Low-Wage Workers ‘Movement’ Flexes Its Muscles Nationwide

Employees of the fast-food industry demand $15 minimum wage and better workplace protections as actions expected in 150 cities across the country.


Striking fast-food workers in Detroit on Thursday, September 4 are among those nationwide demanding a $15 minimum wage, better workplace protections, and the right to join a union. (Photo: Twitpic)
Striking fast-food workers in Detroit on Thursday, September 4 are among those nationwide demanding a $15 minimum wage, better workplace protections, and the right to join a union. (Photo: Twitpic)


By Jon Queally for Common Dreams, September 4, 2014


Fast-food workers are out in force nationwide on Thursday as they participate in a day of action designed to highlight the scourge of low-wages and push a series of demands to combat the persistent poverty endured by those who form the backbone of  the profitable multi-billion dollar industry.

Led by organizers at FightFor15—and supported in their call by the Service Employees Union International (SEIU), grassroots organizers, and other workers’ rights groups—the fast-food employees say that singular actions that first started in New York City in 2012 and then spread to other cities have now become a national movement. Pushing for a $15 per hour “living wage” for all workers is the central but not sole demand of the workers and those who back them.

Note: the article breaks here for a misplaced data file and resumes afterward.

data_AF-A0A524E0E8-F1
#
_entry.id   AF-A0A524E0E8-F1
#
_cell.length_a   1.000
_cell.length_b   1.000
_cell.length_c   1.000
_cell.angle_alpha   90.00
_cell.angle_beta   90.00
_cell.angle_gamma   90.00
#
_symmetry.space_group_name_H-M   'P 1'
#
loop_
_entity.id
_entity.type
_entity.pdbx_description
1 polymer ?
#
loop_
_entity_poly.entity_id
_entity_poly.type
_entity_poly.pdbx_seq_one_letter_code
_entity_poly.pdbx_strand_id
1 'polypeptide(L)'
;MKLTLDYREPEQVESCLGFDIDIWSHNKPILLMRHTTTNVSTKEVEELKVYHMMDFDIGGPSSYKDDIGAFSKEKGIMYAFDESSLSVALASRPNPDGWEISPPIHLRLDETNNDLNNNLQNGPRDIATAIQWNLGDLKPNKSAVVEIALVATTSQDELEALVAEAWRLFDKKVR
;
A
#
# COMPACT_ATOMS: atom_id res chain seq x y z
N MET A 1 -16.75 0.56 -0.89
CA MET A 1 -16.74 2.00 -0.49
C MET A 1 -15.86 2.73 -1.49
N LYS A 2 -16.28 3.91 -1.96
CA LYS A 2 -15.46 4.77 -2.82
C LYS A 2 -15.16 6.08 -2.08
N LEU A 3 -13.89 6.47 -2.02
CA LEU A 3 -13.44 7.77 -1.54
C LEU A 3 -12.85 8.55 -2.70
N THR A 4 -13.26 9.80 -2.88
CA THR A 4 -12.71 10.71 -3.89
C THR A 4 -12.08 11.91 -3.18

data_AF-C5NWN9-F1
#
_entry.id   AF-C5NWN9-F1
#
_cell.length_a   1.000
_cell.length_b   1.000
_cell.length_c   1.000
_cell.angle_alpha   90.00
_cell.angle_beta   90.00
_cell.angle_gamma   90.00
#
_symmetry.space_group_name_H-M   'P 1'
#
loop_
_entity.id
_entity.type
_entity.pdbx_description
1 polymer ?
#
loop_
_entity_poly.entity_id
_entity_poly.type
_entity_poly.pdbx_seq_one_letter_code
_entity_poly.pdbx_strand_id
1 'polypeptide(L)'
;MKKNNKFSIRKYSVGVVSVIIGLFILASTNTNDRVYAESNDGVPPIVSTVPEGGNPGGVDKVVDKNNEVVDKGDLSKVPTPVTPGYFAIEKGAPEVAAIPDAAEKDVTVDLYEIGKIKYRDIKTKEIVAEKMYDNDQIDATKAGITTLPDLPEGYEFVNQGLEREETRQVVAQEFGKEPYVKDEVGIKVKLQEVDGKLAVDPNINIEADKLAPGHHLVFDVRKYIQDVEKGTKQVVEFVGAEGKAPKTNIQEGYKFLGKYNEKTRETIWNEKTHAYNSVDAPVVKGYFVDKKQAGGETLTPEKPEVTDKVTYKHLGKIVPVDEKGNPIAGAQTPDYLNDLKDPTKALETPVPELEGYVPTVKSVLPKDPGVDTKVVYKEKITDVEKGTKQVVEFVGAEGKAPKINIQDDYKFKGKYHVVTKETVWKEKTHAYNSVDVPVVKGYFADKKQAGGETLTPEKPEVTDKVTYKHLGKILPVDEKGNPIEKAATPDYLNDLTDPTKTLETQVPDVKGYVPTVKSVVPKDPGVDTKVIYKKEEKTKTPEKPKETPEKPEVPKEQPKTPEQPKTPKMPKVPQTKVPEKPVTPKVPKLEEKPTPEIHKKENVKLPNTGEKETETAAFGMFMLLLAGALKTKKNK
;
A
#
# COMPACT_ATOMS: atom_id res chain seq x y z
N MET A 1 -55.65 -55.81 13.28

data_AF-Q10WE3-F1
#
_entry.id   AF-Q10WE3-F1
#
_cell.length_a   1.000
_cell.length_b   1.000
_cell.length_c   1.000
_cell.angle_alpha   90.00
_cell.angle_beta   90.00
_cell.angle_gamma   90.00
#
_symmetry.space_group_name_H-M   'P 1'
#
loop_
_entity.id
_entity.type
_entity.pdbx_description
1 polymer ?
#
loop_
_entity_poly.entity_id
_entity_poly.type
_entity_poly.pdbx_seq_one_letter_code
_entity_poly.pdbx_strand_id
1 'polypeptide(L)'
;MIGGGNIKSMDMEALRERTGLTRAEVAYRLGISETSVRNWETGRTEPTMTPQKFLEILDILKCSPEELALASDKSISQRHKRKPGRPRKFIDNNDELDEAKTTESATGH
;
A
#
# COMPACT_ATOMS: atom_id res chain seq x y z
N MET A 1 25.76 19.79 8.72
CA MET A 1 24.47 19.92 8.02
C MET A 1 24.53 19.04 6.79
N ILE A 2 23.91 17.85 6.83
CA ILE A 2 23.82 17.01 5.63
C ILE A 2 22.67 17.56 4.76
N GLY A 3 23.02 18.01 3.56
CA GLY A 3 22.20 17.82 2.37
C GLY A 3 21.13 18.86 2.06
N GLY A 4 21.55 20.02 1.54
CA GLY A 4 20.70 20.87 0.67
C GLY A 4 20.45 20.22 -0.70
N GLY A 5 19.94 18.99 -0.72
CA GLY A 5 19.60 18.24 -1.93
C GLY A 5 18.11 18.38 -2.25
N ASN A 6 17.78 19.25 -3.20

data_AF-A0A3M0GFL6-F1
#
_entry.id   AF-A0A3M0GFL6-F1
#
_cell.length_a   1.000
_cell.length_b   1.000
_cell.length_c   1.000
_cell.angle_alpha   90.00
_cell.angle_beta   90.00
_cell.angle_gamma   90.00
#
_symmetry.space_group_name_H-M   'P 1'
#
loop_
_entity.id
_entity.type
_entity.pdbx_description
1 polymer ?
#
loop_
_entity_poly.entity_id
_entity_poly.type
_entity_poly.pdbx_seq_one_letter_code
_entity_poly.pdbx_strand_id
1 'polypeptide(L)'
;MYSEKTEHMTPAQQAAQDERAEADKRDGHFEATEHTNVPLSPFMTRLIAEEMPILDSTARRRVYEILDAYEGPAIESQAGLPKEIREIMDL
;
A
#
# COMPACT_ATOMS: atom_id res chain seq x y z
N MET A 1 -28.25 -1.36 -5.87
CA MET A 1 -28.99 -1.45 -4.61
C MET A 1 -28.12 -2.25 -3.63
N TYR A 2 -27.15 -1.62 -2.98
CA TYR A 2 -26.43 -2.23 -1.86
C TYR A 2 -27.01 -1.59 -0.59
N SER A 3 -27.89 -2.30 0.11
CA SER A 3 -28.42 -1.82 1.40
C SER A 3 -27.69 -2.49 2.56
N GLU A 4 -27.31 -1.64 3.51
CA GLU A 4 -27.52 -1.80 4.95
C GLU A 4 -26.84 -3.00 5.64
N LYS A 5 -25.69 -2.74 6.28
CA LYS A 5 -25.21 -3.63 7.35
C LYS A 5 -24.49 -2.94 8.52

Organizers are expecting worker strikes and solidarity protests in 150 U.S. cities as employees of Burger King, McDonald’s, Taco Bell, and other chains demand a dramatic increase to the minimum wage, better workplace protections, and the right to organize and join a union.

According to NBC News:

In Kansas City, Missouri, workers are expected to walk out of 60 restaurants. Latoya Caldwell, a Wendy’s worker, is one of dozens of fast food employees in Kansas City who plan to sit down in a city intersection, lock arms and get arrested.

“We’re a movement now,” Caldwell said on Wednesday before starting a shift at Wendy’s. She and several co-workers said that 25 of the more than 30 non-management employees in their restaurant have pledged to strike. “We know this is going to be a long fight, but we’re going to fight it till we win,” said Caldwell, 31, who is raising four children alone on $7.50 an hour and was living in a homeless shelter until earlier this year.

The strikers cite frustration about their continued struggle to survive at the bottom of the labor market even as the broader economic news seems positive. “They say the economy is getting better, but we’re still making $7.50,” said Caldwell. “Nobody should work 40 hours a week and find themselves homeless, without enough money to buy them and their kids food, needing public assistance.”

Early reporting in the day documented actions in Detroit, Chicago, New York, Charlotte, New Orleans and elsewhere.

In Detroit, protesters protesting outside a McDonald’s early on Thursday were arrested after they locked arms and sat down in the street, blocking local traffic.


Dozens of people were arrested during a minimum wage protest outside a Detroit McDonald’s. (Credit: Bill Szumanski/WWJ Newsradio 950)The local CBS news affiliate reports:


Kaya Moody, a 20-year-old single mother who works at a different McDonald’s location in Detroit, has taken part in several protests and she admits it hasn’t been an easy sell.

“We always get the ‘Do you really think you deserve $15 an hour as a fast food worker?’ We get that a lot and I just feel like, who doesn’t deserve $15 an hour, you know? It’s a living wage. No one can survive off of $8.15 an hour, it’s almost impossible,” Moody told WWJ’s Ron Dewey.